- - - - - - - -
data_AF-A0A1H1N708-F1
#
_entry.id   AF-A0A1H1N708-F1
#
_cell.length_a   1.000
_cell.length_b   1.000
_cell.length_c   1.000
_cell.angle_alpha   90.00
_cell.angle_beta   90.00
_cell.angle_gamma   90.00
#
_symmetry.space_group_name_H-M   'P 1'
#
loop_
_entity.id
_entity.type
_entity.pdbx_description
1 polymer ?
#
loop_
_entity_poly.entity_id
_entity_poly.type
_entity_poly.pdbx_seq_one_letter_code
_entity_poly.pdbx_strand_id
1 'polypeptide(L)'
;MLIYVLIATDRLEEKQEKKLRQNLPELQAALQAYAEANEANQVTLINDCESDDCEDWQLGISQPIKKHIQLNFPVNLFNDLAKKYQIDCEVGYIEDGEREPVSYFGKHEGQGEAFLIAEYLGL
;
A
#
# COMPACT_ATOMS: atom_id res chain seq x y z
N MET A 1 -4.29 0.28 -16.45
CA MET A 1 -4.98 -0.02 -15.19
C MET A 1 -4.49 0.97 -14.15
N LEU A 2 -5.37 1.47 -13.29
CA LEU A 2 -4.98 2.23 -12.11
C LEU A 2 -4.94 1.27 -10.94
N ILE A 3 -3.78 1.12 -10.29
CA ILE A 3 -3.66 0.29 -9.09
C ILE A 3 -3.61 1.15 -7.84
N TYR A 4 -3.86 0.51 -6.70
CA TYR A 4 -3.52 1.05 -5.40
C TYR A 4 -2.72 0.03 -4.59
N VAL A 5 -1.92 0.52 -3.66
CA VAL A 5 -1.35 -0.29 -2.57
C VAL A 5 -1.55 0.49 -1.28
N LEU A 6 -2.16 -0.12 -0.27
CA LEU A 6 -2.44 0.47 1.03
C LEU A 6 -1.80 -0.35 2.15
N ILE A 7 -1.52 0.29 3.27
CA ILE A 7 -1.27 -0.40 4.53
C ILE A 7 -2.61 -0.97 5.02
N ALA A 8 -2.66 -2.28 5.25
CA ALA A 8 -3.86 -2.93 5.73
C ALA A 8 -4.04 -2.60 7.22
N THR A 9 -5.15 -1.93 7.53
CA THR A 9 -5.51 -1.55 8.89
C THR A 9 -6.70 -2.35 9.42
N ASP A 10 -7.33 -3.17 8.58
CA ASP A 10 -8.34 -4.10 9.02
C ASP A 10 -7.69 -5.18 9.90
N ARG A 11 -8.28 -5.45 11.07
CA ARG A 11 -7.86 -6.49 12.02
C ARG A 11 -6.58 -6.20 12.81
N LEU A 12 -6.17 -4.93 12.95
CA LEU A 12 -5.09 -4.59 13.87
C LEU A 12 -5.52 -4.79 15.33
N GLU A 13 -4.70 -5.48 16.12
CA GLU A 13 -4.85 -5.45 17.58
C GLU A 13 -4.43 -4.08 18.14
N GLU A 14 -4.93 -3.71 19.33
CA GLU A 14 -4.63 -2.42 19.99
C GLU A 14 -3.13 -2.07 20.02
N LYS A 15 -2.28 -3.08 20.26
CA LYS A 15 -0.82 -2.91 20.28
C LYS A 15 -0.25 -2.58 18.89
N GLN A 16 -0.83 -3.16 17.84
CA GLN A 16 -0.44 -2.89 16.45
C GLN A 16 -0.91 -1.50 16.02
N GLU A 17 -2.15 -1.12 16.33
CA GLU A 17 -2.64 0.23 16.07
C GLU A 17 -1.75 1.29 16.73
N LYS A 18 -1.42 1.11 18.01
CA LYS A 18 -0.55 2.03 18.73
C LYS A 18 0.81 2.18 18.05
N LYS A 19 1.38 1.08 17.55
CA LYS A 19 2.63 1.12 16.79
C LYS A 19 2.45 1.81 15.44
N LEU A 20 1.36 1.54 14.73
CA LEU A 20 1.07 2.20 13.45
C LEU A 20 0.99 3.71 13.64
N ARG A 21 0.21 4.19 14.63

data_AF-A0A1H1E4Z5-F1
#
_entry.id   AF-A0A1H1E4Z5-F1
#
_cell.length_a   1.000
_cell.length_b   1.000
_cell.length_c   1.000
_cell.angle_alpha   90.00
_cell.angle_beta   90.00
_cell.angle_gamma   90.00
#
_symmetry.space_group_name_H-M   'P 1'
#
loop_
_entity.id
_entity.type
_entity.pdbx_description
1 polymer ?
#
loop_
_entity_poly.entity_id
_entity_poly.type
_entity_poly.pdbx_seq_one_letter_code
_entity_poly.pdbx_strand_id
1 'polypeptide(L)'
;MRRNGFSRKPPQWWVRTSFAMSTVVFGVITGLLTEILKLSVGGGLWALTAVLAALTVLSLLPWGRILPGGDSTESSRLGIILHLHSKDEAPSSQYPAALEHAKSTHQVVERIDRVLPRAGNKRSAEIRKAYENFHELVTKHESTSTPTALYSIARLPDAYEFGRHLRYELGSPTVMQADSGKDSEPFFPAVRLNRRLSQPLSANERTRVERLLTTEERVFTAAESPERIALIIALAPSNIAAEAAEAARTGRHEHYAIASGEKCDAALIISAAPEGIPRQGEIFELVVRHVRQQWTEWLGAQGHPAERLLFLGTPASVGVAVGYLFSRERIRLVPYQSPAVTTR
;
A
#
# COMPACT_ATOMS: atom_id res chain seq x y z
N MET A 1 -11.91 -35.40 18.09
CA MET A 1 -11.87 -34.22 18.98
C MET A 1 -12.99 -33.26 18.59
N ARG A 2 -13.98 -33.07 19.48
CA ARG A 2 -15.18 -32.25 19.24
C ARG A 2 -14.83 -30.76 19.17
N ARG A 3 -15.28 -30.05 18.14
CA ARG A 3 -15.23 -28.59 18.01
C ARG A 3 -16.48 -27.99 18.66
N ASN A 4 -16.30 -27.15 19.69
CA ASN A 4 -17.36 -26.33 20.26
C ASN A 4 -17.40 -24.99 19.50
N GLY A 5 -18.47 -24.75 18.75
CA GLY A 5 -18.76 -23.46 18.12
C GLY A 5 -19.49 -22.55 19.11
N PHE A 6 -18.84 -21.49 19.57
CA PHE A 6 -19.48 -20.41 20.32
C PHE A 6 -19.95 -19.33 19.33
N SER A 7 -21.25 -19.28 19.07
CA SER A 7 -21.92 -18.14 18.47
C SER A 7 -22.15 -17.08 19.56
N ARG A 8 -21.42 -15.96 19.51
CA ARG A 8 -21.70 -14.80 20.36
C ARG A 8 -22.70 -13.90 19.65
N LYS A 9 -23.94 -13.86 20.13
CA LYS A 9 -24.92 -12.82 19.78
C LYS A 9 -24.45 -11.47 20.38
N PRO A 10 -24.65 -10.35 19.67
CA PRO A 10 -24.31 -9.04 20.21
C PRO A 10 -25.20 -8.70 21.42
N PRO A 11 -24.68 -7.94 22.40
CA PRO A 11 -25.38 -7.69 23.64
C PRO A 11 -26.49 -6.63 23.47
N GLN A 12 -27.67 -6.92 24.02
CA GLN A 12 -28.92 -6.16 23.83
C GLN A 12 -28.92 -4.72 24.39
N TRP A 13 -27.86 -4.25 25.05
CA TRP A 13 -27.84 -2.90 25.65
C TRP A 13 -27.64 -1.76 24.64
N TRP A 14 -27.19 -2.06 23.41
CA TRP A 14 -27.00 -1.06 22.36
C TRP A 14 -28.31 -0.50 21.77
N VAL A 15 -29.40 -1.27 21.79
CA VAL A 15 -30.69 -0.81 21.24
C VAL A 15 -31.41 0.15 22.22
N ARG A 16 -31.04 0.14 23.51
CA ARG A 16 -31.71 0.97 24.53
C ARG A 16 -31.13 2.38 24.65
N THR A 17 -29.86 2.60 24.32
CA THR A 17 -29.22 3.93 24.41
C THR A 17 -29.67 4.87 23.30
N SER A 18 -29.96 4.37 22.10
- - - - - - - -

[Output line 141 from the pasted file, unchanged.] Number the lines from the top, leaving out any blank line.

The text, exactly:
CA SER A 7 -21.92 -18.14 18.47